Halloween is one of my favorite times of year, and it can actually be a great opportunity to focus on conservation and sustainability with your family.
Many things that you can do around Halloween to make it less wasteful are about getting back to basics. Here are some of my favorite tips — easy, free, and fun — for a greener Halloween:
The Best Costume
Some of the most fun costume ideas that you can come up with are really just from looking around the house, finding fun things, and making something of what’s already there. There’s a term called upcycling, which is the idea that you can take waste and make it more valuable — not just reuse its component parts. Halloween is a great time to put upcycling into practice. This not only gets parents’ imagination going, but also boosts kids’ creativity. And your children will love that their costumes are completely one-of-a-kind. Tin can lids can become mermaid scales, an old tube sock can make a lemur tail, bubble wrap can be jellyfish tentacles; the possibilities are endless!
Energy geeks always look at Halloween as a great time to raise awareness about electricity vampires. Vampires are technologies that use up electricity even when they are turned off. One of the things I always ask people to do for Halloween is to go around their house hunting for these vampires. Really go look at every single outlet, unplug what’s in it, and think about whether or not you need to plug it back in.
Are there items in your house that don’t need to be plugged in all the time?
Could you use a power-strip that you could easily turn on and off?
Are there items you can even get rid of?
In the United States we expend an incredible amount of electricity — almost 10 percent of total residential electricity use — that’s not even doing anything. Halloween is a great time to round up the kids and go through the house hunting for a different kind of vampire to nip that in the bud.
Knowing When Enough Candy is Enough
Fair trade and local candies are great, but there’s also the simple idea of just stopping the trick-or-treating when you get to a point where the kids have as much candy as they could possibly want. A lot of people don’t realize that in the United States we throw away about half the food we produce! That’s energy and resources wasted to grow it, process it, package it, and transport it — all to be thrown away. That comes largely because we’re just taking more food into our homes than we can possibly consume.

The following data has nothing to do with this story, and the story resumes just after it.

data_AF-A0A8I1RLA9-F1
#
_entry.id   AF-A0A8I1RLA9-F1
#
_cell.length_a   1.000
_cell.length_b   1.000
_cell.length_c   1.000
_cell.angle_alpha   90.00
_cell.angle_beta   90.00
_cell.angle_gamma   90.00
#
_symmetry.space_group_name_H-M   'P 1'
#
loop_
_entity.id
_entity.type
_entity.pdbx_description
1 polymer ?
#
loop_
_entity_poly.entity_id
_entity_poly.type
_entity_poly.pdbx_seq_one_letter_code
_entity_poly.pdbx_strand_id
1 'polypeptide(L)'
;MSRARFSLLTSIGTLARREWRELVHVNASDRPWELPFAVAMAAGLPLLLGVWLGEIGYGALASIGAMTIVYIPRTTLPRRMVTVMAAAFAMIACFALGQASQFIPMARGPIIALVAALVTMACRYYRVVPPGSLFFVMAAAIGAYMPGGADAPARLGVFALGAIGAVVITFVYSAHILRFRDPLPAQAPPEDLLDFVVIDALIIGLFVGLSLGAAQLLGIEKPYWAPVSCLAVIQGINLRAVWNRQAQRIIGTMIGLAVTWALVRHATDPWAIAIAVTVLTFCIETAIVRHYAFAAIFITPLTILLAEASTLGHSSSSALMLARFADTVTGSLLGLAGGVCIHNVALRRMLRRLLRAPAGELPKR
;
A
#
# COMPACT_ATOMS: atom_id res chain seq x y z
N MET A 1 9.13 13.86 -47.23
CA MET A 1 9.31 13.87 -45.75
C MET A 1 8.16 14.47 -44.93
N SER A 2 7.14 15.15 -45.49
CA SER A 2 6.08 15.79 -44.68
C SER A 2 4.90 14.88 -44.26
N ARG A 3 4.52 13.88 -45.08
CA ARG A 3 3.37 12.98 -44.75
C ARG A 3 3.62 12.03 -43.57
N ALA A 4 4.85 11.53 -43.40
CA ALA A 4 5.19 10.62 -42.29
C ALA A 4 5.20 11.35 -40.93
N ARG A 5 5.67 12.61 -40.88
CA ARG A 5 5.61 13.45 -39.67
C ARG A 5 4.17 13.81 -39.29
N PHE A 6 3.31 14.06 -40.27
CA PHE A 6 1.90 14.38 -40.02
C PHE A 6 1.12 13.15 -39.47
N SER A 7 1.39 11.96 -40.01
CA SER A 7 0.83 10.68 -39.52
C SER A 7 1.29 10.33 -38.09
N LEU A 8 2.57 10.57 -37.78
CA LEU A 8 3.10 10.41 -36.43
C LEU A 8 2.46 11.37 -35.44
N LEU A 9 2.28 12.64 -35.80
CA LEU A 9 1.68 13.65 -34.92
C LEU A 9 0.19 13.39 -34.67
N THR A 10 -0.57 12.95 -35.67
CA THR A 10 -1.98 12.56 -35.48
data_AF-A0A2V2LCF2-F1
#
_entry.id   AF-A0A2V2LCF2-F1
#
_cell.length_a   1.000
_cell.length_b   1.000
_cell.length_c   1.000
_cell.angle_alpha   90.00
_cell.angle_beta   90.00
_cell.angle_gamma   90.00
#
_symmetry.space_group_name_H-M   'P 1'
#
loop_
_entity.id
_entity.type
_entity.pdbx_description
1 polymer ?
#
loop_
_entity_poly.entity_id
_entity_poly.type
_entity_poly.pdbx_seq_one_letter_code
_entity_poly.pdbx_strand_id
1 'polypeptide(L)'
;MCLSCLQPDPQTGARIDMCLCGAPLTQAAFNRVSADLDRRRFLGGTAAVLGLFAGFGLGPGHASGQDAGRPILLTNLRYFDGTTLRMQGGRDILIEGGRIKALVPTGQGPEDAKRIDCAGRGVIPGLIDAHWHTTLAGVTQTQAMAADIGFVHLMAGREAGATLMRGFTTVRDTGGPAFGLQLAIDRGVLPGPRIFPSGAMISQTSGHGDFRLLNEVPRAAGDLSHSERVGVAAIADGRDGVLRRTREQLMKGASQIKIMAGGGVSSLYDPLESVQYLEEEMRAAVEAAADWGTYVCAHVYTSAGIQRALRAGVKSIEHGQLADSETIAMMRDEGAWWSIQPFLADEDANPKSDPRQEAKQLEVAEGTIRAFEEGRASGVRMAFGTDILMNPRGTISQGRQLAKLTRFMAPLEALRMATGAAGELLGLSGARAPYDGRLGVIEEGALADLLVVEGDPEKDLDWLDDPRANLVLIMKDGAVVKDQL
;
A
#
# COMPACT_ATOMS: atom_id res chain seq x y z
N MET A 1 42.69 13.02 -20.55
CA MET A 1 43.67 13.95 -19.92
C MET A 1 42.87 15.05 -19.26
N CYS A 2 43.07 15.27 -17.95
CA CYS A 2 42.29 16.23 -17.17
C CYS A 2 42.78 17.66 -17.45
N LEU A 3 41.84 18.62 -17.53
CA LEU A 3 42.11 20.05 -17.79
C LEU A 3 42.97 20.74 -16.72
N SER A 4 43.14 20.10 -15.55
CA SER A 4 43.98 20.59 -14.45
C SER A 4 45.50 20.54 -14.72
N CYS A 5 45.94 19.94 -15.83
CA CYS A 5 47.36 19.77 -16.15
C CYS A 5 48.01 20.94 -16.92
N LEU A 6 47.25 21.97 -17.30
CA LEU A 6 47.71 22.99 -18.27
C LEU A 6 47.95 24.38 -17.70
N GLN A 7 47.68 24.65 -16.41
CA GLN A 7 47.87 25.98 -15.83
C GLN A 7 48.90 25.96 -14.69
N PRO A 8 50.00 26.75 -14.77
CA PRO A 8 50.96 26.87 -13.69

That is a big, big problem considering that the population is already around 7 billion, it’s going to grow to 9 billion, and we have to feed those 9 billion people without major consequences to biodiversity. In order to do that, we have to stop wasting food and Halloween is a great time to reinforce that. There are lots of fun things that kids in a costume can do once they’ve collected a decent amount of candy. Try coming up with post-trick-or-treating fun ideas for them that do not involve food waste!
Make Halloween Local Again
One thing that’s become a recent Halloween trend is families driving places for trick-or-treating. One of the best things we can do in terms of fighting climate change is to make Halloween local again. It not only saves us from wasting time and gas, but can be hugely beneficial. Halloween is a chance to meet your neighbors. Even if you live in a condo building or a high rise, you can knock on neighbors’ doors in advance to let them know you will be trick-or-treating and see if they will be handing out treats. What other time of year would you feel comfortable knocking on all doors in the neighborhood? In an era when communities are going to have to come together to be more resilient when faced with increased climate change impacts like extreme weather, it’s more important than ever to know your neighbors and have a safety net that’s local. I also find that when people know their neighbors, they are more likely to spend time outside, which means less time in the house in front of the TV.
These are some of my favorite green Halloween ideas. What are yours? What kind of costumes have you made from "junk" around the house?
~ Keya Chatterjee, World Wildlife Fund Senior Director for Renewable Energy and Footprint Outreach
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